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Life Lessons

(by Lana Te Brugge)

At this time of year, I miss my late mother terribly and feel her absence more poignantly. Wow, what a woman! To this day, she is still my strongest inspiration. So much of who I am is the result of her life lessons. She taught me never to give up, no matter what, and that doing the right thing is always the right thing to do.

Claudette Te Brugge was a force to be reckoned with, a woman of power, strength, compassion, and love. She was a gifted writer, producer, and director of plays that were performed at the two largest theaters in Cape Town, South Africa. Her larger-than-life persona consumed the stage, and everyone knew “Claudie” was in the house when she walked in. Her wit and the ability to laugh at the most difficult of circumstances were a constant source of entertainment. Somehow, she could turn a negative into a comedy that would have us rolling on the floor.

Our favorite moments were spent in the kitchen, cooking and baking, not only for our family but also for the various soup kitchens and church charities where my mother was involved. The food was almost always delicious, but one day the soup was “off,” and we buried it in our back garden. The fermented soup and hot earth were the perfect recipe for an explosion that left a few holes in our garden and the smell of fermented vegetables around the neighborhood.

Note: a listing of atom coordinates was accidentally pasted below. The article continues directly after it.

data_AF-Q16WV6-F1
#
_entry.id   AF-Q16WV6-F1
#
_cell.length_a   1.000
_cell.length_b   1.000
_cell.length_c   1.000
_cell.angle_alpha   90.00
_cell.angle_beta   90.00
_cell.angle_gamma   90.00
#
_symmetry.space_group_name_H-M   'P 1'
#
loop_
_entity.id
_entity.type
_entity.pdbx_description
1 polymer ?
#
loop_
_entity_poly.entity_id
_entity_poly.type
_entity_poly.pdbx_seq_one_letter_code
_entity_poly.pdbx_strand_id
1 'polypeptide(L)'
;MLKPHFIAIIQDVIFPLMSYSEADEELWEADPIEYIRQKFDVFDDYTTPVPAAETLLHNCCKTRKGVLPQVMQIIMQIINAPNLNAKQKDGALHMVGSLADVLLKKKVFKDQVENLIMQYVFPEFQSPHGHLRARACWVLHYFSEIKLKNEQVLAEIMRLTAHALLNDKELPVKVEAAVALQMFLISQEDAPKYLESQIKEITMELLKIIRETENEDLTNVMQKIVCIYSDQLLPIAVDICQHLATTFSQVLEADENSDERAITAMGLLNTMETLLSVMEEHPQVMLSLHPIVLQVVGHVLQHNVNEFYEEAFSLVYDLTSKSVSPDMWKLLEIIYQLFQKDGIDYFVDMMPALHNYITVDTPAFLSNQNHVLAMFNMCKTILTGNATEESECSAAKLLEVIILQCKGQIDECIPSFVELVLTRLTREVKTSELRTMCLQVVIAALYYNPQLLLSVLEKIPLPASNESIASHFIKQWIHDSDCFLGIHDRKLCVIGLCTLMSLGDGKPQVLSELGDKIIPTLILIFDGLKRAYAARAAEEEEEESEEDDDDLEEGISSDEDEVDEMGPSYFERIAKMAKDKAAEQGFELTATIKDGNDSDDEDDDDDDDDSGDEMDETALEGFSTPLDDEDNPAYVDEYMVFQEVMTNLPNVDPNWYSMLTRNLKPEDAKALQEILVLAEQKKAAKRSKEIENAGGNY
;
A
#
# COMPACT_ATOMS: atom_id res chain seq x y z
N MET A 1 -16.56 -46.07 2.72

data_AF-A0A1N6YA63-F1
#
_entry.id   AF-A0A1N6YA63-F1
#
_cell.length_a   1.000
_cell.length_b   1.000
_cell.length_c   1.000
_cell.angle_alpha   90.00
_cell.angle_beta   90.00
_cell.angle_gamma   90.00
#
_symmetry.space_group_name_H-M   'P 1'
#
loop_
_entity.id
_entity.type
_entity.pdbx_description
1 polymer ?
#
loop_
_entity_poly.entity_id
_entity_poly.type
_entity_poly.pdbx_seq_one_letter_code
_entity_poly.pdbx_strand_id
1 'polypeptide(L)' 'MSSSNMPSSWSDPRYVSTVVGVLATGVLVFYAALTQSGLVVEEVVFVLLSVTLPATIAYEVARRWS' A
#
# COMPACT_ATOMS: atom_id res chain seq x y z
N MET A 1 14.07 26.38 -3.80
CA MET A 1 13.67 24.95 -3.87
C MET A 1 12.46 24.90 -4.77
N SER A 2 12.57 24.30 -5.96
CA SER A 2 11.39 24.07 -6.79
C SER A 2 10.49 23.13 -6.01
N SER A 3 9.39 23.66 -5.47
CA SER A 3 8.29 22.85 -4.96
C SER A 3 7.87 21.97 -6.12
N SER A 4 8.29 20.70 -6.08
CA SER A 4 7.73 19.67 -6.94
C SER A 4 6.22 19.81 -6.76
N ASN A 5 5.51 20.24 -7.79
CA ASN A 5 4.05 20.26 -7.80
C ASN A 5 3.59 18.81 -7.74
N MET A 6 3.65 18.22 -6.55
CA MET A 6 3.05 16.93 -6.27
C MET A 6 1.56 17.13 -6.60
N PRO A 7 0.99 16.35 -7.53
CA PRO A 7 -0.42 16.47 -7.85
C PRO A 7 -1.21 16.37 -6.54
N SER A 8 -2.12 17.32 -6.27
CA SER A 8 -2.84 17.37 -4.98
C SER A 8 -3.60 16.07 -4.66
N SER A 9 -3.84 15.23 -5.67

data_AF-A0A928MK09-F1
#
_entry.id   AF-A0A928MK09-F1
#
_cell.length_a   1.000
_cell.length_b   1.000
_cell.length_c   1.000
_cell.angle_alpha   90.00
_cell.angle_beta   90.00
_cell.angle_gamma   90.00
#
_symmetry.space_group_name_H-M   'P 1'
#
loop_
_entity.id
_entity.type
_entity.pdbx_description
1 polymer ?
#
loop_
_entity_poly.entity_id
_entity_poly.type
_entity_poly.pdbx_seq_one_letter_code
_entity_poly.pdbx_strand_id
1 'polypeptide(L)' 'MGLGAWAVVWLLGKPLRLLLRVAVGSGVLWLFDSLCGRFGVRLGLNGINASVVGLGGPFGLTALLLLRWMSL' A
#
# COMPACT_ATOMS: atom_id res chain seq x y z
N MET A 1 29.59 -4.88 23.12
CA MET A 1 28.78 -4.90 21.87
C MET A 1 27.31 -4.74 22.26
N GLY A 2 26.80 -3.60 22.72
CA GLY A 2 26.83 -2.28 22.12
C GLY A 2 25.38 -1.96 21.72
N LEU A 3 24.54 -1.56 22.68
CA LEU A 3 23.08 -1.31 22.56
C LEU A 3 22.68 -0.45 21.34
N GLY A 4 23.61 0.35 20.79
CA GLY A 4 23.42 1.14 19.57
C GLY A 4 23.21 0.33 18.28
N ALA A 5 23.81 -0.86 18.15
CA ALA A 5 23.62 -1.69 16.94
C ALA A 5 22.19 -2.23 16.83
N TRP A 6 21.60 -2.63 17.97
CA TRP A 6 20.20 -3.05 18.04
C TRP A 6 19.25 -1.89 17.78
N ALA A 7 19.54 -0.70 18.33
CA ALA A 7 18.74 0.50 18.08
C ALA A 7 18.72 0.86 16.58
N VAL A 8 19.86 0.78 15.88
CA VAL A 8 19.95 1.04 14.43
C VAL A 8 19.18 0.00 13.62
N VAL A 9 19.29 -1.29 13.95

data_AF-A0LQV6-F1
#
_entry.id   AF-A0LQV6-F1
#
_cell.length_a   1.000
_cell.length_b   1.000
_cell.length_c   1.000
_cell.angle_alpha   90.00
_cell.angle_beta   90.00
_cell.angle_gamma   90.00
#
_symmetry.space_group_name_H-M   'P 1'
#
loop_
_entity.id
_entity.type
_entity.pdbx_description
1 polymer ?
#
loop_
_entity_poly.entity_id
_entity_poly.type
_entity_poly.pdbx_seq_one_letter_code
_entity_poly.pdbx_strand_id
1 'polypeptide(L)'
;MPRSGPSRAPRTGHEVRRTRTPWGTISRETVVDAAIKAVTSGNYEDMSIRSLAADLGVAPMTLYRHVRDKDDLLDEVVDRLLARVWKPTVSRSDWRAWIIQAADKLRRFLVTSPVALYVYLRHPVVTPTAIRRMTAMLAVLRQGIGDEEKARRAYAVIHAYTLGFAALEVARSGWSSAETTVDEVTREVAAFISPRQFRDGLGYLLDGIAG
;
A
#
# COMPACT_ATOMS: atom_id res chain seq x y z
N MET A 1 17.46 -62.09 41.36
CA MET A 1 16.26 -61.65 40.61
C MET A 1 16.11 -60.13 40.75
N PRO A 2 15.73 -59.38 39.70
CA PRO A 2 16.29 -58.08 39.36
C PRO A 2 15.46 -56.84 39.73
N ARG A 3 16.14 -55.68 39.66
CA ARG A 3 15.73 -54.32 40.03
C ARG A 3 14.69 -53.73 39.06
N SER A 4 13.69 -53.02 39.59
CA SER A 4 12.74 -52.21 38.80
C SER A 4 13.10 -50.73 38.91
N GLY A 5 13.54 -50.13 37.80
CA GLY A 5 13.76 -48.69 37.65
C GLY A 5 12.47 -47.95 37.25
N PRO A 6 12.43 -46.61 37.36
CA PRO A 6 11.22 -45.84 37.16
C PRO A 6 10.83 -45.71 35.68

It was in the kitchen that my mom and I spoke for hours about what was right and wrong in life. It was where I could ask questions, and where she taught me to love cooking, passing on the recipes her mom had taught her. I miss the conversations, the wise advice, even the scoldings I would get when I had done something wrong. (Yep, I was a rebellious one.) My mom taught me that it is not a mother’s responsibility to change her children but to love unconditionally and direct her children on the path of morality.

(My mother and grandmother)

It was an important lesson because of where and how we lived. My family was involved in missionary work, and when I was eight, we moved to the Anastasis, a ship in the fleet of Mercy Ships ( My grandfather was the first white man to take the Gospel into what was then known as the “colored” areas of Cape Town. It was the apartheid era—absolutely forbidden for a white person to be seen with a person of color—and he was often arrested for giving lifts to non-white women in the rain or cold. My grandfather taught my mother to be colorblind; he taught that race and upbringing did not define anyone. My grandmother was always cooking extra food and handing it out to the people walking past her home every day, many of whom were homeless. There was never a moment of going to see her when the gorgeous aromas of her cooking didn’t greet me. While we were visiting, she would continue talking to us while putting parcels of food together with precision.

I am now at a different but similar point in life. My youngest daughter is 14, and again I find myself in the kitchen, thi